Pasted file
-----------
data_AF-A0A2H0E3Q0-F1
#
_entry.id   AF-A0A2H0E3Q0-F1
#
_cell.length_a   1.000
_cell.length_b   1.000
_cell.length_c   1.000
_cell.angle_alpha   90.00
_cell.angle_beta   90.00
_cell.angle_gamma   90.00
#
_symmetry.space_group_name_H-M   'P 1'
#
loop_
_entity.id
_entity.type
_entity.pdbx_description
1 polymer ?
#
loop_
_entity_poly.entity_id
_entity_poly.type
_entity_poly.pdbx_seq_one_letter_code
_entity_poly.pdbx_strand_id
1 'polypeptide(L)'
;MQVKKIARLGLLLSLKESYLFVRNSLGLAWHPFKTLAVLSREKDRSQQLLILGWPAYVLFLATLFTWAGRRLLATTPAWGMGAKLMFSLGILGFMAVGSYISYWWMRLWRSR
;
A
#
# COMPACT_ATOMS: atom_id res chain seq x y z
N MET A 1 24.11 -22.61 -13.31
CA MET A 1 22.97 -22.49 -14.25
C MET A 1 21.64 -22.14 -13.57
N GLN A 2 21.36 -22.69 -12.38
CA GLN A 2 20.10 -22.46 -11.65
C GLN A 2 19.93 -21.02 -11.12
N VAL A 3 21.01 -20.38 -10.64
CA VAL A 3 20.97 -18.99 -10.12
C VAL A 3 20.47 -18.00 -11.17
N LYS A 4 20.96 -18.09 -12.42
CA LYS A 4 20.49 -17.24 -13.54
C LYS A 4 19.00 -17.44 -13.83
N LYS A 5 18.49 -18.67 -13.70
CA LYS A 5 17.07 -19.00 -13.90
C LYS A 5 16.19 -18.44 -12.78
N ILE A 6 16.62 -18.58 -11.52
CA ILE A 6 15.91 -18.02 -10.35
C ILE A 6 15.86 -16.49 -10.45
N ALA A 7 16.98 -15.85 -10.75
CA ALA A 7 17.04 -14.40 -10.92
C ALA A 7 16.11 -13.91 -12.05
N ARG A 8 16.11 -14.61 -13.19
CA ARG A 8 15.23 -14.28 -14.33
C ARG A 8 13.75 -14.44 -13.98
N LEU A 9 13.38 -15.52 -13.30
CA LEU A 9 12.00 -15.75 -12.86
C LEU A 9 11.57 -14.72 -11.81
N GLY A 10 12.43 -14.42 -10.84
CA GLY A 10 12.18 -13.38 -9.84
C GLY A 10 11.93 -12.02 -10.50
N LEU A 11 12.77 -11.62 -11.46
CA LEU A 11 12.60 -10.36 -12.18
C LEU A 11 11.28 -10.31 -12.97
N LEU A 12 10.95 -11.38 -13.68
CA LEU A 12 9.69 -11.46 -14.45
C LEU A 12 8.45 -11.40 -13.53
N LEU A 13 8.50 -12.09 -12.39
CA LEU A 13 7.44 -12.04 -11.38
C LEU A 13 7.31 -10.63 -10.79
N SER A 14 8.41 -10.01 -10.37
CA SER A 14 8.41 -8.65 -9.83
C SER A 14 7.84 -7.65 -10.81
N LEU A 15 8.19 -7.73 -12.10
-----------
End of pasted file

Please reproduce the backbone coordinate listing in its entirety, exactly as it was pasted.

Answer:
data_AF-A0A2H0E3Q0-F1
#
_entry.id   AF-A0A2H0E3Q0-F1
#
_cell.length_a   1.000
_cell.length_b   1.000
_cell.length_c   1.000
_cell.angle_alpha   90.00
_cell.angle_beta   90.00
_cell.angle_gamma   90.00
#
_symmetry.space_group_name_H-M   'P 1'
#
loop_
_entity.id
_entity.type
_entity.pdbx_description
1 polymer ?
#
loop_
_entity_poly.entity_id
_entity_poly.type
_entity_poly.pdbx_seq_one_letter_code
_entity_poly.pdbx_strand_id
1 'polypeptide(L)'
;MQVKKIARLGLLLSLKESYLFVRNSLGLAWHPFKTLAVLSREKDRSQQLLILGWPAYVLFLATLFTWAGRRLLATTPAWGMGAKLMFSLGILGFMAVGSYISYWWMRLWRSR
;
A
#
# COMPACT_ATOMS: atom_id res chain seq x y z
N MET A 1 24.11 -22.61 -13.31
CA MET A 1 22.97 -22.49 -14.25
C MET A 1 21.64 -22.14 -13.57
N GLN A 2 21.36 -22.69 -12.38
CA GLN A 2 20.10 -22.46 -11.65
C GLN A 2 19.93 -21.02 -11.12
N VAL A 3 21.01 -20.38 -10.64
CA VAL A 3 20.97 -18.99 -10.12
C VAL A 3 20.47 -18.00 -11.17
N LYS A 4 20.96 -18.09 -12.42
CA LYS A 4 20.49 -17.24 -13.54
C LYS A 4 19.00 -17.44 -13.83
N LYS A 5 18.49 -18.67 -13.70
CA LYS A 5 17.07 -19.00 -13.90
C LYS A 5 16.19 -18.44 -12.78
N ILE A 6 16.62 -18.58 -11.52
CA ILE A 6 15.91 -18.02 -10.35
C ILE A 6 15.86 -16.49 -10.45
N ALA A 7 16.98 -15.85 -10.75
CA ALA A 7 17.04 -14.40 -10.92
C ALA A 7 16.11 -13.91 -12.05
N ARG A 8 16.11 -14.61 -13.19
CA ARG A 8 15.23 -14.28 -14.33
C ARG A 8 13.75 -14.44 -13.98
N LEU A 9 13.38 -15.52 -13.30
CA LEU A 9 12.00 -15.75 -12.86
C LEU A 9 11.57 -14.72 -11.81
N GLY A 10 12.43 -14.42 -10.84
CA GLY A 10 12.18 -13.38 -9.84
C GLY A 10 11.93 -12.02 -10.50
N LEU A 11 12.77 -11.62 -11.46
CA LEU A 11 12.60 -10.36 -12.18
C LEU A 11 11.28 -10.31 -12.97
N LEU A 12 10.95 -11.38 -13.68
CA LEU A 12 9.69 -11.46 -14.45
C LEU A 12 8.45 -11.40 -13.53
N LEU A 13 8.50 -12.09 -12.39
CA LEU A 13 7.44 -12.04 -11.38
C LEU A 13 7.31 -10.63 -10.79
N SER A 14 8.41 -10.01 -10.37
CA SER A 14 8.41 -8.65 -9.83
C SER A 14 7.84 -7.65 -10.81
N LEU A 15 8.19 -7.73 -12.10